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Market Segmentation/Share of Wallet

Understanding the characteristics of High-Potential Customers

A Case Study by Harte-Hanks Research & Analytics

Harte-Hanks Research & Analytics San Diego, California 92037 (800) 854-8409

Client Objective Gain an understanding of the companys share of telecommunications dollars spent by customers. Tailor sales and marketing plans toward industry segments, showing maximum revenue growth potential.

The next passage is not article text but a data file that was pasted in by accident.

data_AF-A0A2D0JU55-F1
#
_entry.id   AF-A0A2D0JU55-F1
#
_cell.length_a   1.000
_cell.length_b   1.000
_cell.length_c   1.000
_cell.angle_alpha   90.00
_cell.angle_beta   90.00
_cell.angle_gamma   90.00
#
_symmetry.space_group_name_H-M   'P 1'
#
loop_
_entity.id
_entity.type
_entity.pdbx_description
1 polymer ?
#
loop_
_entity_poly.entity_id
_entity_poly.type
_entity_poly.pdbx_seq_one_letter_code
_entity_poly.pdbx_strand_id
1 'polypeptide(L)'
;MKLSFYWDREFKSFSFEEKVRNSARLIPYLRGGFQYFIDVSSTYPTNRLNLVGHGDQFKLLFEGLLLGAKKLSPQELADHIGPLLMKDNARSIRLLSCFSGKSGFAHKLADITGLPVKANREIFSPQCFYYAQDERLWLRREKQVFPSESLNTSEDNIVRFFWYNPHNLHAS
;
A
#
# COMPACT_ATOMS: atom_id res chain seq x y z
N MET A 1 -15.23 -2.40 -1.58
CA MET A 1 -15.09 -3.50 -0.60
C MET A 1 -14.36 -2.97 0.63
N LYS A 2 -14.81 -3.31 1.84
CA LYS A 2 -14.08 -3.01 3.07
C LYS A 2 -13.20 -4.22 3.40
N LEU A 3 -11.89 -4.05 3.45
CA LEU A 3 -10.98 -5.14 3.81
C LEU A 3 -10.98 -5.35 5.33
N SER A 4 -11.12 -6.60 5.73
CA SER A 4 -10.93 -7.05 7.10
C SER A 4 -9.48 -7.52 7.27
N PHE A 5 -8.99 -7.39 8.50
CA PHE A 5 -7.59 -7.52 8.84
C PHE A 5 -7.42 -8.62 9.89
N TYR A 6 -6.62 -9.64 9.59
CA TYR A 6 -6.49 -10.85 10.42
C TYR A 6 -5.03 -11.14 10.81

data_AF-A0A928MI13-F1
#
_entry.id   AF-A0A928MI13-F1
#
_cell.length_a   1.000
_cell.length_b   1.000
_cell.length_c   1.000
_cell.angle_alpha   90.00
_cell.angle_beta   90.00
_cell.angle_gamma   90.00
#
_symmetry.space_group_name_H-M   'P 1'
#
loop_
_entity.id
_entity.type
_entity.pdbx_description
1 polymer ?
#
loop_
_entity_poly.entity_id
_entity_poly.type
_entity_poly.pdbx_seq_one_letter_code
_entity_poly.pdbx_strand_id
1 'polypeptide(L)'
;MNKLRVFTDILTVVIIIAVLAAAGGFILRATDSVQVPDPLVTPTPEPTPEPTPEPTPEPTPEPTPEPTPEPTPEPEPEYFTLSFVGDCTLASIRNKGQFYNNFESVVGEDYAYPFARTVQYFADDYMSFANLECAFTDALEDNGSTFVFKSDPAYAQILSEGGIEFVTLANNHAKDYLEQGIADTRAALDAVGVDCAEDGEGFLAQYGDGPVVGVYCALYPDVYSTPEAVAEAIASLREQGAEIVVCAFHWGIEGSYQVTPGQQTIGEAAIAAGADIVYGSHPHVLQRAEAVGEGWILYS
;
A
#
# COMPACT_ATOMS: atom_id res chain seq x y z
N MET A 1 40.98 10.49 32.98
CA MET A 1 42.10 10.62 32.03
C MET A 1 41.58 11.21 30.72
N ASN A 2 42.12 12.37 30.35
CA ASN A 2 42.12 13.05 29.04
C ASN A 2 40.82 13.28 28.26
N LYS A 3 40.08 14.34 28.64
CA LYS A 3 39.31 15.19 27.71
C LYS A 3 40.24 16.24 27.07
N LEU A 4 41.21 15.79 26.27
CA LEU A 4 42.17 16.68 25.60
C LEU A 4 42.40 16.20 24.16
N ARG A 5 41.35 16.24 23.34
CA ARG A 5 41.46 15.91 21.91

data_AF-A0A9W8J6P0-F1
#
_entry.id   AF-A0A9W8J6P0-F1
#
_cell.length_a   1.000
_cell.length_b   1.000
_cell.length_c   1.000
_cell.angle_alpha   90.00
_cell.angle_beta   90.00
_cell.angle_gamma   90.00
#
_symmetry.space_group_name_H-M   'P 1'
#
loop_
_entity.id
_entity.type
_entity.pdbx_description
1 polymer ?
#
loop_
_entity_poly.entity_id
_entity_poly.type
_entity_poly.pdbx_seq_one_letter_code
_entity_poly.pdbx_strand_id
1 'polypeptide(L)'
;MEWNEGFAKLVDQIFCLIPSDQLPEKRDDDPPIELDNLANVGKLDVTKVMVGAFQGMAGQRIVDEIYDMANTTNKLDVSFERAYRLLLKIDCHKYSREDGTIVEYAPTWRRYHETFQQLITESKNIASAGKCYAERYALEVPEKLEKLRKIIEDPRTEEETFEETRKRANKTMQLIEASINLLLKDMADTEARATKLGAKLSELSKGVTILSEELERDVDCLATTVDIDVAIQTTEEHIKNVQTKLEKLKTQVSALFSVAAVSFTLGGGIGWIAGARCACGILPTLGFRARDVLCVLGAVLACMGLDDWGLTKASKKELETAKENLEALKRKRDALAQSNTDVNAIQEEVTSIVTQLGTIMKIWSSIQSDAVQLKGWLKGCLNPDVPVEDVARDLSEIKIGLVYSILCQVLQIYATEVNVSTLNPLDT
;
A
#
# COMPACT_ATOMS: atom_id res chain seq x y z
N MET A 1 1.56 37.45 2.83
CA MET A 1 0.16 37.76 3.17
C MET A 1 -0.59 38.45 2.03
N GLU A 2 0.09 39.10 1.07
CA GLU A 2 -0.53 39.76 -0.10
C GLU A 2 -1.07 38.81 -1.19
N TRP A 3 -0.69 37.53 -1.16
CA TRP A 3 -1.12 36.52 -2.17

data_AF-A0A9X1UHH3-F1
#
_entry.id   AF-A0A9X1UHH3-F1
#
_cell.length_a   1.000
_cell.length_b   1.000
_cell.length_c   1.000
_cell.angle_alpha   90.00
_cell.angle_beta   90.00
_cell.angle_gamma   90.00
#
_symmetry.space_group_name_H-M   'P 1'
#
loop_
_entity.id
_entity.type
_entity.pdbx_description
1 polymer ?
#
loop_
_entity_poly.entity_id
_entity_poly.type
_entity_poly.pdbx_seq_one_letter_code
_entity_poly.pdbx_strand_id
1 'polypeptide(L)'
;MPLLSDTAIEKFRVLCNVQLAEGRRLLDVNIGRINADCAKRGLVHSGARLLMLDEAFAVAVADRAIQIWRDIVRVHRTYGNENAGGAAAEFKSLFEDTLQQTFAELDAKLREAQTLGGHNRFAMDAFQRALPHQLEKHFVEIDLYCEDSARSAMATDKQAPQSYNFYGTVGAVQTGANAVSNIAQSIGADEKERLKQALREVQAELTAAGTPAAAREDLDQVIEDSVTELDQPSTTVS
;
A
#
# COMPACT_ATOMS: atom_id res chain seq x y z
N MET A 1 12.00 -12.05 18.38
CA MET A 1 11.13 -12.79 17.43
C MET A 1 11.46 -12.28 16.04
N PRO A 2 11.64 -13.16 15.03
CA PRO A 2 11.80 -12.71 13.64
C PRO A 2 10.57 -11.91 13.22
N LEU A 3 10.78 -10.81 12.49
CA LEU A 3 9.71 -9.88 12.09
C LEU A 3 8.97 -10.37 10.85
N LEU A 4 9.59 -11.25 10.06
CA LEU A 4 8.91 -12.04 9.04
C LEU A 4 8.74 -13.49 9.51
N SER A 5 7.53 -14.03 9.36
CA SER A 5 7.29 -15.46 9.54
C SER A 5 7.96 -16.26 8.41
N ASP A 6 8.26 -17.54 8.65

Broader Audience for Case A share-of-wallet study can be fruitful for virtually any business, whether the client markets to consumers or other businesses, or even in a non-profit development context. It can be particularly relevant if customers frequently buy from multiple vendors, or if you have just grown through merger or acquisition and want to gain a quick handle on your acquired customer base. Its also valuable if your industry is going through rapid growth. If everybody in the sector is growing, youll want to get a handle on whether your own growth is hiding things: For instance, possibly the fact that customer penetration is shallow and that you are actually losing ground to key competitors. Whenever its undertaken, the end resulta marketing strategy focused on the best revenue opportunitiesis always desirable. The Harte-Hanks Solution In order to analyze the clients share of wallet in customer spending, Harte-Hanks first matched the clients customer list to Harte-Hanks Market Intelligences syndicated database (which contains statistics, by site, on long-distance voice expenditures and volumes of data communications product usage, each identified by service provider). For all matched sites, Harte-Hanks coupled average price points for data communications products with reported product usage in a formula that estimated data communications spending. Calculated data communications spending was added to the reported long-distance voice spending to arrive at total spending for each customer. The customers actual client billing data could then be compared with total estimated spending to arrive at the clients share-of-wallet versus the dollars each customer spent with other communications carriers. Once core calculations to determine total spending and share of wallet were completed, cuts of the customer base were made by industry and by three client-spending tiers. Harte-Hanks identified segments offering the most revenue potential in long distance, data communications, and combined overall revenue based upon estimated dollars spent with competitors on communications services. These segments were then analyzed on a time-series basis, viewing customer spending over a four-year history to spot the strongest growth trends.